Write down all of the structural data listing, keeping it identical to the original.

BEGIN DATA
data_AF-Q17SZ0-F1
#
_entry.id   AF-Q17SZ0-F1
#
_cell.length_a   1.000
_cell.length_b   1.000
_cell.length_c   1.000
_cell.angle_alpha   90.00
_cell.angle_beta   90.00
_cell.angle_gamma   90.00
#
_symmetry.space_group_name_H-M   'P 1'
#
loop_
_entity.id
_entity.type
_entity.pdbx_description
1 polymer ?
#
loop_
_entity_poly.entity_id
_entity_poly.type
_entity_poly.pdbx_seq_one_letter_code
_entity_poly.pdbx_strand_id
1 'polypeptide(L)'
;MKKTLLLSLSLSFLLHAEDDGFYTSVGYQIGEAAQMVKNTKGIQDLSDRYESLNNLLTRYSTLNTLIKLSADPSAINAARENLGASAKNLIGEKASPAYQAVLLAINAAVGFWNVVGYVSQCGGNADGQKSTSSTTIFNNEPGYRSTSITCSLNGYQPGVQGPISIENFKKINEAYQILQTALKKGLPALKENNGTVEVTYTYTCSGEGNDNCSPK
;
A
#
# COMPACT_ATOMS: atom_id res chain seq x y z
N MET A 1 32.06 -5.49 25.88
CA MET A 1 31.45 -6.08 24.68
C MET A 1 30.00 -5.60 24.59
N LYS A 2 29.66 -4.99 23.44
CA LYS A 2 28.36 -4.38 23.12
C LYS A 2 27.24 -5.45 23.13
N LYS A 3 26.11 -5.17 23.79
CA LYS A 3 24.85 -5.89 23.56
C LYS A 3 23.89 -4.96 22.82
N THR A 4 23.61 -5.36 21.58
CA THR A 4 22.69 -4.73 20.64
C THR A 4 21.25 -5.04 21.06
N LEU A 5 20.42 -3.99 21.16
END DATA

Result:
data_AF-Q17SZ0-F1
#
_entry.id   AF-Q17SZ0-F1
#
_cell.length_a   1.000
_cell.length_b   1.000
_cell.length_c   1.000
_cell.angle_alpha   90.00
_cell.angle_beta   90.00
_cell.angle_gamma   90.00
#
_symmetry.space_group_name_H-M   'P 1'
#
loop_
_entity.id
_entity.type
_entity.pdbx_description
1 polymer ?
#
loop_
_entity_poly.entity_id
_entity_poly.type
_entity_poly.pdbx_seq_one_letter_code
_entity_poly.pdbx_strand_id
1 'polypeptide(L)'
;MKKTLLLSLSLSFLLHAEDDGFYTSVGYQIGEAAQMVKNTKGIQDLSDRYESLNNLLTRYSTLNTLIKLSADPSAINAARENLGASAKNLIGEKASPAYQAVLLAINAAVGFWNVVGYVSQCGGNADGQKSTSSTTIFNNEPGYRSTSITCSLNGYQPGVQGPISIENFKKINEAYQILQTALKKGLPALKENNGTVEVTYTYTCSGEGNDNCSPK
;
A
#
# COMPACT_ATOMS: atom_id res chain seq x y z
N MET A 1 32.06 -5.49 25.88
CA MET A 1 31.45 -6.08 24.68
C MET A 1 30.00 -5.60 24.59
N LYS A 2 29.66 -4.99 23.44
CA LYS A 2 28.36 -4.38 23.12
C LYS A 2 27.24 -5.45 23.13
N LYS A 3 26.11 -5.17 23.79
CA LYS A 3 24.85 -5.89 23.56
C LYS A 3 23.89 -4.96 22.82
N THR A 4 23.61 -5.36 21.58
CA THR A 4 22.69 -4.73 20.64
C THR A 4 21.25 -5.04 21.06
N LEU A 5 20.42 -3.99 21.16